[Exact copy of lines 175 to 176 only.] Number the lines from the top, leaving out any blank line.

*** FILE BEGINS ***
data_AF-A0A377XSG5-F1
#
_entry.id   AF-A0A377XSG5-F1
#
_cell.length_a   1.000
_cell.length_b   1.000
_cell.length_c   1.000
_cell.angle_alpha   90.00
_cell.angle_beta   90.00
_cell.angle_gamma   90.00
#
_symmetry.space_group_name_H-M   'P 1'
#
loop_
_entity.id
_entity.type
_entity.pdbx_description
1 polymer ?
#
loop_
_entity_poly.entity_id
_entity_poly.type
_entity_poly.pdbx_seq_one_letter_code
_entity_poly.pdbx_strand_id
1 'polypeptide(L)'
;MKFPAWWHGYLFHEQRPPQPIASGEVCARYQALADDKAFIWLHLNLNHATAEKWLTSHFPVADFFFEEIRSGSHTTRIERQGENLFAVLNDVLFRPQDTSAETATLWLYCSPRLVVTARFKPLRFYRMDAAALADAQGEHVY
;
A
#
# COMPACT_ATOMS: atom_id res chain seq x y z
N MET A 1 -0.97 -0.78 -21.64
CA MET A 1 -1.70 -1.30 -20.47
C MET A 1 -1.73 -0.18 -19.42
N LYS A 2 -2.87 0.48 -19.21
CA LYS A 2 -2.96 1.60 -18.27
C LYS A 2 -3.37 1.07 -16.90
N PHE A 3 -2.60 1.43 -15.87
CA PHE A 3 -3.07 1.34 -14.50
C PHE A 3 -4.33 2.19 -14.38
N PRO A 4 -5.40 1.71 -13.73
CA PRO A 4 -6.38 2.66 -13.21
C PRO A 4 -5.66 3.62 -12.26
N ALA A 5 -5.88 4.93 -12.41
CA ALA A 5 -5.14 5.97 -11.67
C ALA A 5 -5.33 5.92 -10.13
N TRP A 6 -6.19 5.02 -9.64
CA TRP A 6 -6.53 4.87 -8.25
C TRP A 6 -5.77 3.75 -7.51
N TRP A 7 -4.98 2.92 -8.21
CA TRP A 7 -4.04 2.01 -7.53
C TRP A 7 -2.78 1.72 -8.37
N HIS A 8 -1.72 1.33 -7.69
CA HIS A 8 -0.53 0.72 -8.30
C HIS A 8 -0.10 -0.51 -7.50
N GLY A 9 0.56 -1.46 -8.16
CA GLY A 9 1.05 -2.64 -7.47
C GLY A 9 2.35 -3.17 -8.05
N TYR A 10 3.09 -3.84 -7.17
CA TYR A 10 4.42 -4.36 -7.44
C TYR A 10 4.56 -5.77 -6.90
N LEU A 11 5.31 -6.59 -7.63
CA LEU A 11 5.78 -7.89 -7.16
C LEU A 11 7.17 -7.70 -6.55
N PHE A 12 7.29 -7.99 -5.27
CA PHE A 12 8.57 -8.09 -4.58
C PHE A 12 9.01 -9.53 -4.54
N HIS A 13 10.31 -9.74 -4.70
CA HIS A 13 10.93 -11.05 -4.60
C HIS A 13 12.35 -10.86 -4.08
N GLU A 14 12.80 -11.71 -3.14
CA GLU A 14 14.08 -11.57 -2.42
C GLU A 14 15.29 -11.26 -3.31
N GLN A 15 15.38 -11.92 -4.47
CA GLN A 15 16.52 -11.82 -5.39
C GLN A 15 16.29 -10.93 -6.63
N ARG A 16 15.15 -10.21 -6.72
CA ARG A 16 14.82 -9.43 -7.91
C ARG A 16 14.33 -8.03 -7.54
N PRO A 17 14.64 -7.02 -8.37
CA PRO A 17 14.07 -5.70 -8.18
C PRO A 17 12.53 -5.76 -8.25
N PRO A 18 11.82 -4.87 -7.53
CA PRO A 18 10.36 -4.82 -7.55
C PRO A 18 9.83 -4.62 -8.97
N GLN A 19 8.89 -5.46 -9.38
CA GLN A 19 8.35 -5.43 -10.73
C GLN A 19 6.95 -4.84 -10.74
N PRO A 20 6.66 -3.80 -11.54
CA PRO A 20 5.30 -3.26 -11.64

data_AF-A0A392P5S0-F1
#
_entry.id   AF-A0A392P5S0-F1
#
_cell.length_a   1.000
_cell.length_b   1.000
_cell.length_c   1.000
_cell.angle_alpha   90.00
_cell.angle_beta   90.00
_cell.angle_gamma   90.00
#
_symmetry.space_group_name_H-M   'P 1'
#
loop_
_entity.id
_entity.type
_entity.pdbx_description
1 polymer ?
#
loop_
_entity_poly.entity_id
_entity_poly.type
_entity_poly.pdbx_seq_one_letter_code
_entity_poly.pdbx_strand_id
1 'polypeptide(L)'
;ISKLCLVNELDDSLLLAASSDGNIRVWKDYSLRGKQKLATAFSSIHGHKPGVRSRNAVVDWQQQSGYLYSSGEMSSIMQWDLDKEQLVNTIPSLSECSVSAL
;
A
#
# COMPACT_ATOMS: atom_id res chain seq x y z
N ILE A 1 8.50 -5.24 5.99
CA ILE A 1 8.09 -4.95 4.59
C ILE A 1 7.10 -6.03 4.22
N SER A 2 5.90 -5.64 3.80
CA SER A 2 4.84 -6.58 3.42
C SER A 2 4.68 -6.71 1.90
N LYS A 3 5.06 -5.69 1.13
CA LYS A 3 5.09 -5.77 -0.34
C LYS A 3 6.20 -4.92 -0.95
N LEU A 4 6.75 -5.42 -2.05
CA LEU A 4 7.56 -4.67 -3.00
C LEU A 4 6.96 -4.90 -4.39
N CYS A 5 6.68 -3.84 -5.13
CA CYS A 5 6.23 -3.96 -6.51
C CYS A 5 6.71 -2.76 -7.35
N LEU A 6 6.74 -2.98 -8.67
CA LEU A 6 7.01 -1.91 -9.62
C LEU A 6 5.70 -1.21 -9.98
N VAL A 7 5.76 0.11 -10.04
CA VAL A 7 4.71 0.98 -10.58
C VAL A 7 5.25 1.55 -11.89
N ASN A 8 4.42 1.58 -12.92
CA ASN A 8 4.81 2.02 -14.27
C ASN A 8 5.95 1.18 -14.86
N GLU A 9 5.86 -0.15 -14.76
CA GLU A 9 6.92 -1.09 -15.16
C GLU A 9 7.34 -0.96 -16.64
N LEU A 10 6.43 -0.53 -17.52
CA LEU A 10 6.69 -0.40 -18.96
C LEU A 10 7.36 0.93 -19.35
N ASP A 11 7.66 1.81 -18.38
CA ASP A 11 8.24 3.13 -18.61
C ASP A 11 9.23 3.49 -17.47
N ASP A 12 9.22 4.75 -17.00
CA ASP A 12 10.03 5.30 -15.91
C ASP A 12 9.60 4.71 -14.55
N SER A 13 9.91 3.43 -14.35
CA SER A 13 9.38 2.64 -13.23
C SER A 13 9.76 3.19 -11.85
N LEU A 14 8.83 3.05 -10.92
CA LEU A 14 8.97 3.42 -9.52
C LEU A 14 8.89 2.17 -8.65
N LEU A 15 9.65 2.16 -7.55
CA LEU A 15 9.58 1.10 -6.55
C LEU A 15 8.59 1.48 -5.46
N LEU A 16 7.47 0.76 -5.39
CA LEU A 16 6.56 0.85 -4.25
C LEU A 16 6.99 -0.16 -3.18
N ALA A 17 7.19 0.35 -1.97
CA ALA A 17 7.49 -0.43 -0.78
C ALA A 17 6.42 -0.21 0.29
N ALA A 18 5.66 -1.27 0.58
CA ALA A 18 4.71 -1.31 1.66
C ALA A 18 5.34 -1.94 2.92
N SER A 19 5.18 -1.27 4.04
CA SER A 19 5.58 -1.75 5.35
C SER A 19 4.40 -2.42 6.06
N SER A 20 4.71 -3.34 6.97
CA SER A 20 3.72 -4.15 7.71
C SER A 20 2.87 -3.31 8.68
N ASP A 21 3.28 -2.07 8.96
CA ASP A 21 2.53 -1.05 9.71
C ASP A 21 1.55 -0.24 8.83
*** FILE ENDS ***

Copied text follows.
CA SER A 19 5.58 -1.75 5.35
C SER A 19 4.40 -2.42 6.06